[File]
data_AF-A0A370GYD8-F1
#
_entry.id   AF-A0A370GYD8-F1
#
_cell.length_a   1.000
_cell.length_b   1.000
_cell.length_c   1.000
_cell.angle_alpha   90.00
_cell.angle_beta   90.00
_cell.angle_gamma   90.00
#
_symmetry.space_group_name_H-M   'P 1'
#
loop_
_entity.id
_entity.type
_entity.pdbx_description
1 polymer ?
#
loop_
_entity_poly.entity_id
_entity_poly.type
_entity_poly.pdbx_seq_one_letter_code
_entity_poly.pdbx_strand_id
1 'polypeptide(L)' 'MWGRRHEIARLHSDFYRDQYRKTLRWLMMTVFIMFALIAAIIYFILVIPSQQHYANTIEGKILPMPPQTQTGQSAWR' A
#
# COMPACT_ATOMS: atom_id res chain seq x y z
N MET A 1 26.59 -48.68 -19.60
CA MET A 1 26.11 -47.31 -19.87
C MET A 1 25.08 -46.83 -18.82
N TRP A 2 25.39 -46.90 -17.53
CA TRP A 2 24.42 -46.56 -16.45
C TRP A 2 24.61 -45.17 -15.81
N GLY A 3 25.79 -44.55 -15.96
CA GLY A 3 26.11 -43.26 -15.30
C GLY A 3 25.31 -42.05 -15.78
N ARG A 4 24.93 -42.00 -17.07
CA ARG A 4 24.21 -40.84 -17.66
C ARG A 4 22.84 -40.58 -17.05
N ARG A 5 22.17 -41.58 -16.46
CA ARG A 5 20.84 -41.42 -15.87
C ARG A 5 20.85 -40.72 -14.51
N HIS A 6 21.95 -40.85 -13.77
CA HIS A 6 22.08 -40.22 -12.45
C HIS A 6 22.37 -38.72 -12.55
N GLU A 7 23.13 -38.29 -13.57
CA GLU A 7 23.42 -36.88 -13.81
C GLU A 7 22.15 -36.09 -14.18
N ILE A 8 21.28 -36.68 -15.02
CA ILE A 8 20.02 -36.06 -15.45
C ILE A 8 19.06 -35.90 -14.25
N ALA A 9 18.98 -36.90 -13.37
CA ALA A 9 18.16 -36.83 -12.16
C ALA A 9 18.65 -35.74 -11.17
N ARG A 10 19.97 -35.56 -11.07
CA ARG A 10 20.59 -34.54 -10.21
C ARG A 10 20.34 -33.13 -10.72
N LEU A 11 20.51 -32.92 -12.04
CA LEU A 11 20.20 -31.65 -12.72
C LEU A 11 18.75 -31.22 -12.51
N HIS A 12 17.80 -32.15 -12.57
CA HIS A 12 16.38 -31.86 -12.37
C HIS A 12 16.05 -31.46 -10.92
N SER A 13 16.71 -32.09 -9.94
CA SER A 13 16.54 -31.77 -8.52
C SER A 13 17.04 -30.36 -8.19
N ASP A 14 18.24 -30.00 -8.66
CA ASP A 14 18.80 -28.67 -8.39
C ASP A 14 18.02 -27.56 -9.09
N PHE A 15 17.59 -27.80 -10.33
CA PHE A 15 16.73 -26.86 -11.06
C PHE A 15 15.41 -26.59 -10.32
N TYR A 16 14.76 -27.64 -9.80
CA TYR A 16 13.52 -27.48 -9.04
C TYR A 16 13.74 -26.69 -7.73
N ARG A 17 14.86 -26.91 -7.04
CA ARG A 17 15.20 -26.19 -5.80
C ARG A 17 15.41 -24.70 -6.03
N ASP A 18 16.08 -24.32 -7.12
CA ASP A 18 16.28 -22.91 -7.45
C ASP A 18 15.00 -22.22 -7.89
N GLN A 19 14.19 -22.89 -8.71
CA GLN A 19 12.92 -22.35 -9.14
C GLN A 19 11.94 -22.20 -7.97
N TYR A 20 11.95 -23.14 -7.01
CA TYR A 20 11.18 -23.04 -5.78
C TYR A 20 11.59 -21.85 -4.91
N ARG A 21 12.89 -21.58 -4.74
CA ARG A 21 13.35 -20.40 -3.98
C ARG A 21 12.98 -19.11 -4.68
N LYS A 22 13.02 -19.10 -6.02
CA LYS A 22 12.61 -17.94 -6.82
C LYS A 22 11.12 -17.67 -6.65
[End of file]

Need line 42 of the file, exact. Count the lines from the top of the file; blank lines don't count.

C ARG A 5 20.85 -40.72 -14.51